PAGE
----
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Technical Paper

Research on Low-Friction Properties of High Viscosity Index Petroleum Base Stock and Development of Upgraded Engine Oil

1995-02-01
951036
High viscosity index(HVI) petroleum base stock, with excellent temperature-viscosity characteristics, oxidation resistance, and low-evaporation properties, offers advantages as the base stock for high fuel economy engine oils, particularly because of its low-friction properties in the boundary and/or “E.H.L (Elastohydrodynamic Lubrication)” area due to its rheological characteristics. This research evaluated HVI base stock's low-friction properties. Upgrading the oil from 5W-30 to 5W-20 was also investigated. The friction properties of the HVI base stock were measured by a unit friction platform. The results show a 28% reduction in friction coefficient compared with the conventional, solvent refined oil, which is attributable to the high-pressure viscosity of the base oil.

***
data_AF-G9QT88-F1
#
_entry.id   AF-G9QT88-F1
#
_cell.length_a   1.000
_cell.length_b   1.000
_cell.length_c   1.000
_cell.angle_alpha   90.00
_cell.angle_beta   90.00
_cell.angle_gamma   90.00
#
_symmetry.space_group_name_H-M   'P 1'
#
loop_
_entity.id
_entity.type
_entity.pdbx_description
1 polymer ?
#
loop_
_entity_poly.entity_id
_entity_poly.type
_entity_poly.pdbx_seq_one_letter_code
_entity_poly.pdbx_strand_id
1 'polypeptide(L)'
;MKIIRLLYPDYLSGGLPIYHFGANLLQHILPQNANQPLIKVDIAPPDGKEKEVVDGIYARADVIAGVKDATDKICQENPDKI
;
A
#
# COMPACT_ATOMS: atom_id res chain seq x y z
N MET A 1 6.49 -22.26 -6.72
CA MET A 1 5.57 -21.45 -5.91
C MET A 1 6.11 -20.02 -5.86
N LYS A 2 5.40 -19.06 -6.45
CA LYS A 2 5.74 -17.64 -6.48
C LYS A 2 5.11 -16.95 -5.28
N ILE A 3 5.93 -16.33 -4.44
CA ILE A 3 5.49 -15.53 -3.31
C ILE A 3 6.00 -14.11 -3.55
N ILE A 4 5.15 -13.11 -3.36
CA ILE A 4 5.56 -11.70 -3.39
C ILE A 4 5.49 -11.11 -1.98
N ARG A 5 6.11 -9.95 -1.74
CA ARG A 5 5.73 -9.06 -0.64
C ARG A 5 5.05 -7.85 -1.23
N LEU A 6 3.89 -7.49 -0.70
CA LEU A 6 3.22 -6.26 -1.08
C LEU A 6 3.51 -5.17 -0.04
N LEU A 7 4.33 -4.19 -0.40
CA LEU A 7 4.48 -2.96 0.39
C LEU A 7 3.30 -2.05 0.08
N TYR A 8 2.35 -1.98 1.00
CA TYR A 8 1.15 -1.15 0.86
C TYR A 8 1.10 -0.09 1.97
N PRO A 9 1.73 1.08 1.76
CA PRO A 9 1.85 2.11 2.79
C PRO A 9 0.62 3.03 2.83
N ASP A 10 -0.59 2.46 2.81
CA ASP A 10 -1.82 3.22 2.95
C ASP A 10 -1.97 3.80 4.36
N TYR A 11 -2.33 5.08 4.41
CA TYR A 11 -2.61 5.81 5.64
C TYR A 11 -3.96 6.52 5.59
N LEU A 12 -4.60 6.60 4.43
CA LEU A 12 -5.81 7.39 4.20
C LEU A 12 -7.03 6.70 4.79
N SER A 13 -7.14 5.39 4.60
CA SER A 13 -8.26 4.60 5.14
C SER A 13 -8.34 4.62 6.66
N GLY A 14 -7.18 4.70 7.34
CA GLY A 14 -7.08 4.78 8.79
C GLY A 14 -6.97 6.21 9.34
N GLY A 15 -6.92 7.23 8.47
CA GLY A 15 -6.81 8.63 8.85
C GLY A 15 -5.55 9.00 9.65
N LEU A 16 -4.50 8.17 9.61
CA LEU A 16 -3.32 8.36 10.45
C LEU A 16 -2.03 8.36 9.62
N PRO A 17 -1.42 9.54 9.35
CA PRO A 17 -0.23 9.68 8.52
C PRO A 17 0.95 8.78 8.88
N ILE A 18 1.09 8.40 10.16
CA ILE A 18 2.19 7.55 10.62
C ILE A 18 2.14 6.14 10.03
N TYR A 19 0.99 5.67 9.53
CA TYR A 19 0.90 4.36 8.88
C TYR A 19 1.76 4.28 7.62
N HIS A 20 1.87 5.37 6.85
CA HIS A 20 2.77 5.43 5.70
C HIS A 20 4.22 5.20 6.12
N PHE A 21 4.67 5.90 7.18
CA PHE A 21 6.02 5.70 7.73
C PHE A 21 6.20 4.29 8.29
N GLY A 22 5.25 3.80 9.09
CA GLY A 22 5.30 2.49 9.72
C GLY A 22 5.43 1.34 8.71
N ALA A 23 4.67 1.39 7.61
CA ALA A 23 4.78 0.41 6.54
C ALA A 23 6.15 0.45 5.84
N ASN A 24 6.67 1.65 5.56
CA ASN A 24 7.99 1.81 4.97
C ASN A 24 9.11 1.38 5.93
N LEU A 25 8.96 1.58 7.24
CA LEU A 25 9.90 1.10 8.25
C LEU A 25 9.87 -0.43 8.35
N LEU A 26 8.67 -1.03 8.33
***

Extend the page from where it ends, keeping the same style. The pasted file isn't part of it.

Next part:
Technical Paper

Improving the Exhaust Emissions of Two-Stroke Engines by Applying the Activated Radical Combustion

1996-02-01
960742
The improvement of the exhaust emission and fuel consumption in the conventional two-stroke engines would be urgent. Our previous papers have suggested that the timing controlled auto-ignition, namely Activated Radical Combustion(AR combustion) could be a solution for that. In this time, the AR combustion was applied to a 250 cm3 motorcycle for the intention of commercialization of the AR engine. The alternating phases between AR combustion and SI combustion were analyzed and successfully improved the typical pinking noise. The AR combustion finally decreased the HC emission by approximately 60% in the EC 40 emission evaluation mode. As the power units for the small motorcycles or outboards, two-stroke engines are yet majority. That is because they have advantages such as higher power output, simpleness and compactness of the structure, at the same time, their drawbacks in fuel consumption and exhaust emissions are also pointed out in the issues of preserving the environment.